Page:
Geography - rivers

HideShow resource information

Drainage basin

The area of land drained by a river

1 of 21

Catchment area

the area within the drainage basin

2 of 21


The edge of highland surrounding a drainage basin. It marks the boundary between two drainage basins.

3 of 21


The beginning or start of a river

4 of 21


The pont at which two rivers or streams join

5 of 21


A stream or smaller river which joins a larger stream or river

6 of 21


The point where the river comes to the end, usually when entering the sea

7 of 21


Erosion involves the wearing away of rock and soil found along the river bed and banks. Erosion also involves the breaking down of the rock particles being carried downstream by a river.

8 of 21

hydraulic action

The force of the river against the banks can cause air to be trapped in cracks and crevises. The pressure weakens the banks and gradually wears it away.

9 of 21


Rocks carried along by the river wear down the river bed and river banks

10 of 21


Rocks being carried by the river smash together and break into smaller, smoother, and rounder particles.

11 of 21


Soluble particles are dissoved into the river

12 of 21


When a river loses its energy, it will drop off some of the material it is carrying. This may take place when a river enters an area of shallow water or when the volume of water decreases.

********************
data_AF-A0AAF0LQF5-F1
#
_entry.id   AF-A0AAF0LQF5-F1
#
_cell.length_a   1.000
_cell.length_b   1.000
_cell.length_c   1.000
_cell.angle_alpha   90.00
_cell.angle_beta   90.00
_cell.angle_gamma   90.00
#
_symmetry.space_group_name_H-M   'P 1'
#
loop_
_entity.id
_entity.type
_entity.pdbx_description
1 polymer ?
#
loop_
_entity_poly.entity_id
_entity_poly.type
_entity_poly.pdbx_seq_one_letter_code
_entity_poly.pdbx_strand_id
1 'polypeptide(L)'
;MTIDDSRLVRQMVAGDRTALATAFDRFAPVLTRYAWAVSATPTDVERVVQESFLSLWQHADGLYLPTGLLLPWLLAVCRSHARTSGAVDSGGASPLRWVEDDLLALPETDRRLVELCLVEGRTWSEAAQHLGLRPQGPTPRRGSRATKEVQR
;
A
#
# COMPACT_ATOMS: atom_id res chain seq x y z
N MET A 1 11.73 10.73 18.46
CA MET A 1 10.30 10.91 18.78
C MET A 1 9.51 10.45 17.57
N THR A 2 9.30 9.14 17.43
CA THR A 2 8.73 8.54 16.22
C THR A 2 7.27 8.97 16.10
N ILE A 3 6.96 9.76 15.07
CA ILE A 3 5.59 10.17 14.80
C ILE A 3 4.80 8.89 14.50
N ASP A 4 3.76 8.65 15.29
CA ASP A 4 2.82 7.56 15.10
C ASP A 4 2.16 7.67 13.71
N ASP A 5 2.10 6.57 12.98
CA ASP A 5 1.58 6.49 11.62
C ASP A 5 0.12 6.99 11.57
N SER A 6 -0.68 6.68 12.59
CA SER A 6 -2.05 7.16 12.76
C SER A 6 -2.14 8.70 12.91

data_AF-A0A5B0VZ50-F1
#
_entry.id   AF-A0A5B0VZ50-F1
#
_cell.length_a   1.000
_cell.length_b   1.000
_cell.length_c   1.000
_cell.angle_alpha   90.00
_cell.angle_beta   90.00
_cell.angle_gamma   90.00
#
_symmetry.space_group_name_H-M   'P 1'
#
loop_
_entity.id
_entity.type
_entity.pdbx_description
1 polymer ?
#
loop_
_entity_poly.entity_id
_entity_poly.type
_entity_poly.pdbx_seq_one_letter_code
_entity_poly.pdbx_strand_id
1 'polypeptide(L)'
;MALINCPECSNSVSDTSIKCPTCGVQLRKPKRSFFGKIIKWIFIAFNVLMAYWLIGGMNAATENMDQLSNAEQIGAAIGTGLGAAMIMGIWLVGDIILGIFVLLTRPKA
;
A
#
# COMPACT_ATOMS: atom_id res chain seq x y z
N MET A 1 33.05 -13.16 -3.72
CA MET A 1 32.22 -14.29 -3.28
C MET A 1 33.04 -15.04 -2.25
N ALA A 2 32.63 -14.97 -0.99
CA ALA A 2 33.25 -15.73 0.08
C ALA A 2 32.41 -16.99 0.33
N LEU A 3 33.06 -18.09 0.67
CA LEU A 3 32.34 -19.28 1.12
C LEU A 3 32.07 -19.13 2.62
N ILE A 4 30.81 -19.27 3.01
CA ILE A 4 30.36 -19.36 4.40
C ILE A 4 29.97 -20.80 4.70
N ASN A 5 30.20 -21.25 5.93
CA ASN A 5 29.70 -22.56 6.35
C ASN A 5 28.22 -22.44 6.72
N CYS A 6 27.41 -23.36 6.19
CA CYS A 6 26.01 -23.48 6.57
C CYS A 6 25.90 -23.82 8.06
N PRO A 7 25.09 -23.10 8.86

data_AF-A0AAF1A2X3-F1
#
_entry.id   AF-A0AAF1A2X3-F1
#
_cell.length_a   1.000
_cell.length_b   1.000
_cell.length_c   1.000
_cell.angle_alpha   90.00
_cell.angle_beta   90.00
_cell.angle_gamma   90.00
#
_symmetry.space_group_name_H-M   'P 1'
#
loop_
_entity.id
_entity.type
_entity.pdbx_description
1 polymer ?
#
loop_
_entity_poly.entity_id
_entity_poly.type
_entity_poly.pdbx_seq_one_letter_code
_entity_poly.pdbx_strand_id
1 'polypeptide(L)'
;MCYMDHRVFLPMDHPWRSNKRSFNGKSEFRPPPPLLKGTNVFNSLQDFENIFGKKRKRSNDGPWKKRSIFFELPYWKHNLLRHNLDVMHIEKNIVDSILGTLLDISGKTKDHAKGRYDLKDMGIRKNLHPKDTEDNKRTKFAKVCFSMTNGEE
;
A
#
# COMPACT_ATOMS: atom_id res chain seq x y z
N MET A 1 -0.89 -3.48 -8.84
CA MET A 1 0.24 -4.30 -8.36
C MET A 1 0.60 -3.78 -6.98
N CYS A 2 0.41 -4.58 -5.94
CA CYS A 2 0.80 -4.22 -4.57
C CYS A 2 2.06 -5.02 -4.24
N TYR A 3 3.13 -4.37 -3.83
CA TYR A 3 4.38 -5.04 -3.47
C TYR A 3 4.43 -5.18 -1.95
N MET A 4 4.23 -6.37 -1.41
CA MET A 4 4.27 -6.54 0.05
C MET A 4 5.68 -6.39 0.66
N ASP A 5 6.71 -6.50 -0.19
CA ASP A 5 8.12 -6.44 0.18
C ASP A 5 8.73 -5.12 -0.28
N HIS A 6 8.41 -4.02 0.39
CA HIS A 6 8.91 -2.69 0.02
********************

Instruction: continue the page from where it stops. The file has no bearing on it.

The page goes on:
e.g after a flood or during times of drought

Deposition at the mouth of a river can form Deltas

e.g The Mississippi Delta

13 of 21

Upper - course river features

  • steep - sided V - shaped valleys
  • Interlocking spurs
  • Rapids
  • Waterfalls
  • Gorges
14 of 21

Middle - course river features

  • Wide, shallow valleys
  • Meanders
  • Oxbow lakes
15 of 21

Lower - course river features

  • Wide flat - bottomed valleys
  • Valleys
  • Floodplains
  • Deltas
16 of 21

Oxbow lake

In a river, when a large bend becomes a horseshoe it is eventually cut-off and becomes an oxbow lake.

17 of 21


As the river erodes to the right side and to the left side, it forms large bends and then horseshoe - like hoops called meanders

18 of 21


A floodplain is the area around a river that is covered in times of flooding. It is a very fertile area due to the rich alluvium deposited by floodwaters. Making them good for agriculture.

19 of 21


These are found at the mouth of large rivers e.g. the Mississippi. A delta is formed when a river deposits its material faster than the sea can remove it.

20 of 21

Causes of flooding

A flood occurs when a river bursts its banks and the water spills onto the floodplain. Flooding tends to be caused by heavy rain as the water reaches the river channel more quickly; making it more likely to flood.

A lack of vegetation or woodland may also encourage flooding as they intercept precipitation. Without these surface run off will be high. Also a steep - sided channel as they willl cause faster surface run - off.

21 of 21


No comments have yet been made

Similar Geography resources:

See all Geography resources »See all Water and rivers resources »